CHICAGO, Jan 9 (Reuters) - U.S. agribusiness giant Cargill Inc on Thursday reported a 36 percent rise in quarterly profit, supported by a bigger U.S. crop harvest in 2013 that led to lower grain prices and boosted profit margins on meat sales.
Minneapolis-based Cargill, a top global commodities trader, reported net earnings of $556 million for the second quarter ended Nov. 30, up from $409 million a year ago.
Revenues slid 7 percent from a year ago to $32.9 billion.
"Earnings improved in three of our four segments," said Cargill's new CEO David MacLennan, who took over to lead the multinational after Greg Page stepped down on Dec. 1.
Cargill, the top exporter of U.S. grain and oilseeds, benefited from replenished grain supplies following a bumper U.S. corn and soybean harvest after the 2012 drought. This boosted export prospects and grain processing volumes and also improved profits in its meat and ethanol businesses.
"The impact on supply and demand caused prices for agricultural commodities to come down from last year's highs, providing relief to Cargill's animal nutrition and protein segment," the company said in a statement. "Larger export volumes and increased operating efficiencies also contributed to stronger results, especially in beef processing."
Cargill's meat business was under stress in 2013 from high feed costs that prompted many ranchers to reduce the size of their herds, pushing the U.S. cattle supply to a 60-year low. This cut beef volumes as well as profit margins.
U.S. exports of corn rose 43 percent in the quarter. Bigger stocks of corn triggered a 40 percent decline in prices, which renewed interest by overseas buyers in the leading grain exported by the United States, the world's top grain exporter.
Rivals Archer Daniels Midland and Bunge have also struggled due to tight crop inventories, last reporting disappointing earnings for the quarter ended Sept 30. Both will report quarterly earnings in the coming weeks. Together with Louis Dreyfus Corp, the four are often referred to as the "ABCD" group that handles the bulk of world grain trade.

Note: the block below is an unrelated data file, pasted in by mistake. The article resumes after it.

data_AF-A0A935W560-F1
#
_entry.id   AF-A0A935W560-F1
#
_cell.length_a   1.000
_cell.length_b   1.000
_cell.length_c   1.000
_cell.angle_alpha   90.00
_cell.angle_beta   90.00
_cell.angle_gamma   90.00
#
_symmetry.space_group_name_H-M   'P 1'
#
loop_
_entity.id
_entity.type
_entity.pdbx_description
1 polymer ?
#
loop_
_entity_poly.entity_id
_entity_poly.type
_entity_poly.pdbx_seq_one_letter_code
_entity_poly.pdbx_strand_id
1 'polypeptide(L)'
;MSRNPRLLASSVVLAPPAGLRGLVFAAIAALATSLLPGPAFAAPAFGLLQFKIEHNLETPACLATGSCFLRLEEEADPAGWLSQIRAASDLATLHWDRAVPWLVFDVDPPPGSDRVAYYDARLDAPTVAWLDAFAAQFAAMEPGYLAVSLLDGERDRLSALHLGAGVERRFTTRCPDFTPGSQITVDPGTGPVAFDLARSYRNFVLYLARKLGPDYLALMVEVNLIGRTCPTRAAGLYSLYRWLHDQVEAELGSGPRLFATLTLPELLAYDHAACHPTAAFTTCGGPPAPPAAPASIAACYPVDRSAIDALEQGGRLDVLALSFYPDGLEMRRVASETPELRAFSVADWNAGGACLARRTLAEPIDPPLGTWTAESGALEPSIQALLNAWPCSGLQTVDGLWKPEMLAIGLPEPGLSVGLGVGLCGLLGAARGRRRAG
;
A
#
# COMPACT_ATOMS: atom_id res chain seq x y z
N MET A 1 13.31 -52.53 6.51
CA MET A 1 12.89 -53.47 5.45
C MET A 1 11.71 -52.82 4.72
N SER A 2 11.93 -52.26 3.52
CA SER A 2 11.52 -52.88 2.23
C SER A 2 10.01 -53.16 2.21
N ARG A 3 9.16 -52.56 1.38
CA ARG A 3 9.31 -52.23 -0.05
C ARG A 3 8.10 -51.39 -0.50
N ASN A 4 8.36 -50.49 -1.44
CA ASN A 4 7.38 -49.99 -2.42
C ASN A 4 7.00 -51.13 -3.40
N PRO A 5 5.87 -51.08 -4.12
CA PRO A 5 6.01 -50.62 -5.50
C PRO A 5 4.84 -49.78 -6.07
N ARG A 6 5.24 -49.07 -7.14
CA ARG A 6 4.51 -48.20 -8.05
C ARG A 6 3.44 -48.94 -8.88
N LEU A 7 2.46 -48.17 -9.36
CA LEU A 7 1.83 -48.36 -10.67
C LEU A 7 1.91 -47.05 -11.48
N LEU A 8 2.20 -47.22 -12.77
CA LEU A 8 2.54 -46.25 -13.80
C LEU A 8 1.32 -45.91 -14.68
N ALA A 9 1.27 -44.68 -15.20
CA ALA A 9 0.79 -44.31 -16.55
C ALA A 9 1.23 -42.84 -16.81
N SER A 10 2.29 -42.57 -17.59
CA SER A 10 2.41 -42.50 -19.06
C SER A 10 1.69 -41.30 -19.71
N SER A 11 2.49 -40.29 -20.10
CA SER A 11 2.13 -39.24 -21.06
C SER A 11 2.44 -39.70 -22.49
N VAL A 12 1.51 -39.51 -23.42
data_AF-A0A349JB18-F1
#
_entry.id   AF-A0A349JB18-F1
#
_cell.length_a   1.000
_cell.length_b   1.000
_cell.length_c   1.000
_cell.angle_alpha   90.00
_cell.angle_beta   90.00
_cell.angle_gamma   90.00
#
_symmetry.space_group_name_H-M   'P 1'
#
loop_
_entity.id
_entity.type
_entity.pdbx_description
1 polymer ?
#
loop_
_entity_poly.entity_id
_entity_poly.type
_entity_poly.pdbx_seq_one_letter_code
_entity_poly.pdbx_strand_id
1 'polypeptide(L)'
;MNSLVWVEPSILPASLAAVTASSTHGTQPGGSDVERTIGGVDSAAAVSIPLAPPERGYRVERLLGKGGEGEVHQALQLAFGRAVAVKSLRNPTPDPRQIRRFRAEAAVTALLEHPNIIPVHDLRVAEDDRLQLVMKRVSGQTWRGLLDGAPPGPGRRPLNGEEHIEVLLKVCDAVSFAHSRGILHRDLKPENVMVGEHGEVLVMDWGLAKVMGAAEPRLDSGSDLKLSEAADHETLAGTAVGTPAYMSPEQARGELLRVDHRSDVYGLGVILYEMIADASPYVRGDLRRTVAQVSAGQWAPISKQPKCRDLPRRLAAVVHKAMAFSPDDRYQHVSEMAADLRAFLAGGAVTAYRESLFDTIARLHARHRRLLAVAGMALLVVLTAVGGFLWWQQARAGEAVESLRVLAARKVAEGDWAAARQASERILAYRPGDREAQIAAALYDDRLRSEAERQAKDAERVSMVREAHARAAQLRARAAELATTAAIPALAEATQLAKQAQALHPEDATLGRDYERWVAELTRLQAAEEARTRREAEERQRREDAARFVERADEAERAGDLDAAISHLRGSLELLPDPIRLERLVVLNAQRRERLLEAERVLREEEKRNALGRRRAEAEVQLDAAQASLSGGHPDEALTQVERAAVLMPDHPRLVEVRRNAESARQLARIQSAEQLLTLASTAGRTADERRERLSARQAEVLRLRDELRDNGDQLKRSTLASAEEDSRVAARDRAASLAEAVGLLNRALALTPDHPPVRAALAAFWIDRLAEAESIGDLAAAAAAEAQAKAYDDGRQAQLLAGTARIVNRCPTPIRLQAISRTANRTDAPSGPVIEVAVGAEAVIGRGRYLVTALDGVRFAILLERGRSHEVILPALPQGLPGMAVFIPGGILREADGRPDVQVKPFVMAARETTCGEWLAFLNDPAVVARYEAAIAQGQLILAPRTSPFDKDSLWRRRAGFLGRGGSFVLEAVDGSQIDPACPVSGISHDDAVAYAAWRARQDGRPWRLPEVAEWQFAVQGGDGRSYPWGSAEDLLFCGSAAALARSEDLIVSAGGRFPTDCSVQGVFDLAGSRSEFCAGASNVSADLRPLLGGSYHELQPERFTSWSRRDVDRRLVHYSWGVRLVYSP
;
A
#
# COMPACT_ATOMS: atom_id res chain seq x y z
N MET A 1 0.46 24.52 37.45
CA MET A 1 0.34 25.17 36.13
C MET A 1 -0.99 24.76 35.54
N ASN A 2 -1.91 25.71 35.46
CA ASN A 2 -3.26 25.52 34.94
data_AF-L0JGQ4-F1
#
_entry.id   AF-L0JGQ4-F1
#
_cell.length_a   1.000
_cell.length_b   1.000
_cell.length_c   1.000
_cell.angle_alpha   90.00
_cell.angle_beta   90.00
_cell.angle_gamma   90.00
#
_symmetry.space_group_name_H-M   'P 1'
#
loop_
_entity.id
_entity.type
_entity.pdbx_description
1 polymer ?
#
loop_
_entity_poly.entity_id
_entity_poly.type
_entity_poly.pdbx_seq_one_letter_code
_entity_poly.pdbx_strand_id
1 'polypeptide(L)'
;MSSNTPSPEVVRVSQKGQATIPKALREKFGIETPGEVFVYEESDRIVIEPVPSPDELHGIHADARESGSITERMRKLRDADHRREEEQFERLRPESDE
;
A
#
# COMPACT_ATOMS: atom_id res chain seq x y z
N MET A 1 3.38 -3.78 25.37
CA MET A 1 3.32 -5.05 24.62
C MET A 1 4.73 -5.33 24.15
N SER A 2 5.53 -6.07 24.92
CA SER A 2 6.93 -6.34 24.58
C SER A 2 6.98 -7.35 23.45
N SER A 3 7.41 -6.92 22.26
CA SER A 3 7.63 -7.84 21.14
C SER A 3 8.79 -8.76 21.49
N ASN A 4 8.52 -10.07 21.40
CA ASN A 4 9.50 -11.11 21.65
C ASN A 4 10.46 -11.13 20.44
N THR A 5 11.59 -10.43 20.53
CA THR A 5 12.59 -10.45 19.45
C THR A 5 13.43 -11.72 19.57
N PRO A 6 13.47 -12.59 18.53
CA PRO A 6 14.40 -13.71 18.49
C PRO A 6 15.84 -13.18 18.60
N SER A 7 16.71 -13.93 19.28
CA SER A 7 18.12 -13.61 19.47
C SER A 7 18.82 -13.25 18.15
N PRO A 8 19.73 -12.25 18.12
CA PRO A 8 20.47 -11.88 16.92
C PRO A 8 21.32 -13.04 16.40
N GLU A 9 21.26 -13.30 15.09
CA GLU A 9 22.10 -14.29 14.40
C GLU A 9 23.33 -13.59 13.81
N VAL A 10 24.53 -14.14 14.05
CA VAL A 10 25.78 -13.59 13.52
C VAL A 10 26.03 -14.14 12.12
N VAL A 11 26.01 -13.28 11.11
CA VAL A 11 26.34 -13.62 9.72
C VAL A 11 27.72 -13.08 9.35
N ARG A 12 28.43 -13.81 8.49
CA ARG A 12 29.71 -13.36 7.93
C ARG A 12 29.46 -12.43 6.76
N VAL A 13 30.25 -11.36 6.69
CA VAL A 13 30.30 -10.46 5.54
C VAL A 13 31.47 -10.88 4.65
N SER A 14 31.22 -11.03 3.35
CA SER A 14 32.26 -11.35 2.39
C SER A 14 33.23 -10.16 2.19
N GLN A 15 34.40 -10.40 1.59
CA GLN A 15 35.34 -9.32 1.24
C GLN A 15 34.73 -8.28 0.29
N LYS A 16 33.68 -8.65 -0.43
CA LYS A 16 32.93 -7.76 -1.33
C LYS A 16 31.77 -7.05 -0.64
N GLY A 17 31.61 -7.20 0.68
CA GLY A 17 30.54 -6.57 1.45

ENERGY SECTOR WEAK
Cargill, one of the world's largest privately held corporations, had revenue of $136.7 billion for fiscal 2013, which would have placed it No. 10 on the Fortune 500 list of publicly held companies.
While Cargill's quarterly results rose in three of its four business segments, its animal protein group showed the most improvement and its food ingredients and applications sector was the largest contributor to the quarter.
A pick up in demand for specific products, like cocoa powder and corn-based ethanol, added to earnings, the company said.
Cargill's agricultural services division, which includes its grain sourcing, handling and processing, was the only sector with earnings below a year ago despite an improvement from North American operations.
"In certain markets, Argentina in particular, there has been a build up across the industry in oilseed crush capacity. So that was a negative affect on crush volumes," Cargill spokeswoman Lisa Clemens told Reuters.
Cargill's industrial and financial segment was up slightly from last year but the energy unit, which includes trading in petroleum, coal, power and gas, declined.
"The energy businesses are heavily dependent on trading and trading goes through different cycles of performance," Clemens said.
Cargill's size and scope continued to expand in the 67 countries where it operates and employs 142,000 people. The company said it began making ethanol at its Fort Dodge, Iowa, mill purchased in 2011. The company expanded its oilseed processing plant in West Fargo, North Dakota, and began building a sunflower seed crush plant in southwestern Russia, its first crushing facility in Russia.
The company also bought a minority stake in a deep sea port terminal in Novorossiysk on the Black Sea.
Asked about its proposed joint venture with ConAgra Foods and CHS Inc to form a giant flour company announced in March of 2013, Clemens said the terms were still being reviewed by the Department of Justice and has received all regulatory approvals outside the United States.
"We're still proceeding forward," Clemens said.